Buddhists take a positive stance when it comes to death: the best way to approach it is without fear. On Buddhanet, you can find an abundance of information focusing on the beliefs about death and dying in the Tibetan Buddhist tradition. Two of the most important aspects celebrate life more than they dwell on death. As stated on the site, “It is only by recognising how precious and how short life is that we are most likely to make it meaningful and to live it fully and by understanding the death process and familiarizing ourself with it, we can remove fear at the time of death and ensure a good rebirth.”
Based on that perspective, traditional Buddhist funerals take the opportunity to gather family and friends in order to remember the loved one who has passed. Bright, cheerful colors adorn the casket, ashes, or shrine. While there are no strict rules to burial methods, cremation is often the popular choice in Buddhist countries, primarily for hygienic reasons.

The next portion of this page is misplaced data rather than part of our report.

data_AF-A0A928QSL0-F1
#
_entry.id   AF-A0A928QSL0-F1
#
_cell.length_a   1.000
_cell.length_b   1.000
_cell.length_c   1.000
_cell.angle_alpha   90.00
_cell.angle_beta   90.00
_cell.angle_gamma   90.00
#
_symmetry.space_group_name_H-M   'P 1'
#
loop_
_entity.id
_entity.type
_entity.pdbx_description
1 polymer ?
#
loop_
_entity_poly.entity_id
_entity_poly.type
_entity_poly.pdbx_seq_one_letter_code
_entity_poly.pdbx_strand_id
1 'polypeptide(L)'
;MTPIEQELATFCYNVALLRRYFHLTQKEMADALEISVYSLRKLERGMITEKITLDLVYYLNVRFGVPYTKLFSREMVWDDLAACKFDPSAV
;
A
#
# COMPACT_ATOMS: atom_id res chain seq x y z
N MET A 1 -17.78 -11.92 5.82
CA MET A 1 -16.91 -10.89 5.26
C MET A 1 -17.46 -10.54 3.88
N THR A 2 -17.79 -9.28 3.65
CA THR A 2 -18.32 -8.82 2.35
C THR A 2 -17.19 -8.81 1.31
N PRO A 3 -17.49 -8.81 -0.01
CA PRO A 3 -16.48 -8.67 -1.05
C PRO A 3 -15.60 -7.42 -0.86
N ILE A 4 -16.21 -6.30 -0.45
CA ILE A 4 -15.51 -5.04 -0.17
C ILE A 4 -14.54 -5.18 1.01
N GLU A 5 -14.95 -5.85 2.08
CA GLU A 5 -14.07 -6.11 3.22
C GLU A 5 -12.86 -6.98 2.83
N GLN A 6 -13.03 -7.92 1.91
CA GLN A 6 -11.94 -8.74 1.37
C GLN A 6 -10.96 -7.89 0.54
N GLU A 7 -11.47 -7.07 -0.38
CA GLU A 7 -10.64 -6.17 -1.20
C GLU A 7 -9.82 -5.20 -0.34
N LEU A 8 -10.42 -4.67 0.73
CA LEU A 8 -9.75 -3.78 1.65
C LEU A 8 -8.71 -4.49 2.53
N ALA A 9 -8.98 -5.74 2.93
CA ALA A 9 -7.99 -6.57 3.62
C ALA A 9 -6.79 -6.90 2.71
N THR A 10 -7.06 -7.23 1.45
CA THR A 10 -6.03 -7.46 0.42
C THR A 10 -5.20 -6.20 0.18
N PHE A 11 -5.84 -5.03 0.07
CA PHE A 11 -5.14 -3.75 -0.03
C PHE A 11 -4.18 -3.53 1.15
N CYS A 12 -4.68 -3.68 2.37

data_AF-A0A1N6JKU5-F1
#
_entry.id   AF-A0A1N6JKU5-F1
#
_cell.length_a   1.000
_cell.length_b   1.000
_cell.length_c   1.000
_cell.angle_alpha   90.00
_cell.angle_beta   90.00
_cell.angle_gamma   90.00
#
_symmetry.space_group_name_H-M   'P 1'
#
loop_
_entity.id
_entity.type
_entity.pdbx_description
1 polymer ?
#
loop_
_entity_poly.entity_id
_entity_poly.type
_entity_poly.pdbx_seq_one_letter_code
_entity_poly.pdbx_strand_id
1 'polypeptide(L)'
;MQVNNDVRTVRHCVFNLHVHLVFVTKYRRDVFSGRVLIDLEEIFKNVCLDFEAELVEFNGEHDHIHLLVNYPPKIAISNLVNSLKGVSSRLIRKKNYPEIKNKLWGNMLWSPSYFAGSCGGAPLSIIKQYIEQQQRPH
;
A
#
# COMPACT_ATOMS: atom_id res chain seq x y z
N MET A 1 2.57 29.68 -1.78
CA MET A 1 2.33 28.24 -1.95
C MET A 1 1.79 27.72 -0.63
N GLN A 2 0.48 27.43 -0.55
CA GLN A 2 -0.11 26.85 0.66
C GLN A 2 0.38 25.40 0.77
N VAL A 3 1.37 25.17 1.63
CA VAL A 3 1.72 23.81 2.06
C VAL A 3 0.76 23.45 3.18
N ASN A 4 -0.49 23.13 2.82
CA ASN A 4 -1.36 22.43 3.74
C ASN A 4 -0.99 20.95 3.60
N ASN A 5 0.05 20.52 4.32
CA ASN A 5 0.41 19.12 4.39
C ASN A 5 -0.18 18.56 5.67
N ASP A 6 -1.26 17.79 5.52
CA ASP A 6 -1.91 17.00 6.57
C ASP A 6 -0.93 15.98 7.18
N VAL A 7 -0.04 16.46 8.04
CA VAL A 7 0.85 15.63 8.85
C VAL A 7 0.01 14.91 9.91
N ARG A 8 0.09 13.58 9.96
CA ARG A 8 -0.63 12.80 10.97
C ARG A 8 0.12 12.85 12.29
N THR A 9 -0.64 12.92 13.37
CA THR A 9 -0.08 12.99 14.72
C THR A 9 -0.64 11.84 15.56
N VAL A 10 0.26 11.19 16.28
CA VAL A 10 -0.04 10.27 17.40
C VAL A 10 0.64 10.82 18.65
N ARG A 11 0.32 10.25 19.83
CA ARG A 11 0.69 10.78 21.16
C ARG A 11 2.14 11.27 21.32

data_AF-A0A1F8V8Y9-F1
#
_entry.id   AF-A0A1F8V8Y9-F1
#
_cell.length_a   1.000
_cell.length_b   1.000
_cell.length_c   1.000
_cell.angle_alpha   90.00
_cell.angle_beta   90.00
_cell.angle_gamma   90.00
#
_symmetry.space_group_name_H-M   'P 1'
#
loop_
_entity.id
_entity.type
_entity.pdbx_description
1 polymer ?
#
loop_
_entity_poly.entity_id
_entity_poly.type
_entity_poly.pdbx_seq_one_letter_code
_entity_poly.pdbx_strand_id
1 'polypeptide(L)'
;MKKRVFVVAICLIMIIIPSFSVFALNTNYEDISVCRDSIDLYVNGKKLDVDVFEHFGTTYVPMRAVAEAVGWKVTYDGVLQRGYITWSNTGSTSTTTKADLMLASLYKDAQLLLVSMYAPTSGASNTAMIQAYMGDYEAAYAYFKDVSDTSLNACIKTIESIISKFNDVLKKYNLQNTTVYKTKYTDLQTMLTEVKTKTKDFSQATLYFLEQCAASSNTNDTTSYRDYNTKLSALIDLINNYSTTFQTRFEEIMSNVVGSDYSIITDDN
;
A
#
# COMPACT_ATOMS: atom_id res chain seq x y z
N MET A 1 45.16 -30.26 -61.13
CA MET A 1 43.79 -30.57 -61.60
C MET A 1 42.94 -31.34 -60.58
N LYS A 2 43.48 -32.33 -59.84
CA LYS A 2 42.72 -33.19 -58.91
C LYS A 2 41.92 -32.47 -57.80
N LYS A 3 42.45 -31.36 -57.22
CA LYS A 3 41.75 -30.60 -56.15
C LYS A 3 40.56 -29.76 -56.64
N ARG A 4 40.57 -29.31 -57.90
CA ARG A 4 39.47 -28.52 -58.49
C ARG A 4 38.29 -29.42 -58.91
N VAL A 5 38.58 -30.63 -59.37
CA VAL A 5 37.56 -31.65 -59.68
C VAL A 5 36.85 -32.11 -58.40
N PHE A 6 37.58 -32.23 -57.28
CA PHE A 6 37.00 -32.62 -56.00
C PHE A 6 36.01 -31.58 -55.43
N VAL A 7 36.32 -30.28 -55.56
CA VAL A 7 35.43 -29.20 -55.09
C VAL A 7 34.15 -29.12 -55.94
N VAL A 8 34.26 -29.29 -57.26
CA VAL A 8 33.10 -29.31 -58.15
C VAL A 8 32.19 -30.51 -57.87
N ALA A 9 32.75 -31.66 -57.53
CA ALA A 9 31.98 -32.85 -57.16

Oftentimes, monks chant during the preparation of the funeral in order to help release the good energy of the loved one’s personality. Monks stay present throughout the ceremony, leading prayers and chanting. Friends and family members provide food and candles for the monks as a sign of goodwill that will aid the departed in their next life.
Among the important principles leading up to a funeral in the Buddhist tradition, believers practice mindfulness and gratefulness for their lives before they reach their deaths. A great deal of personal, spiritual work goes into planning for death, which understandably lends one to have a positive outlook and some amount of control when their time comes. Whether practicing Buddhism or not, it seems there are many valuable ideas we can take and use toward our own relationship with death and end-of-life experience.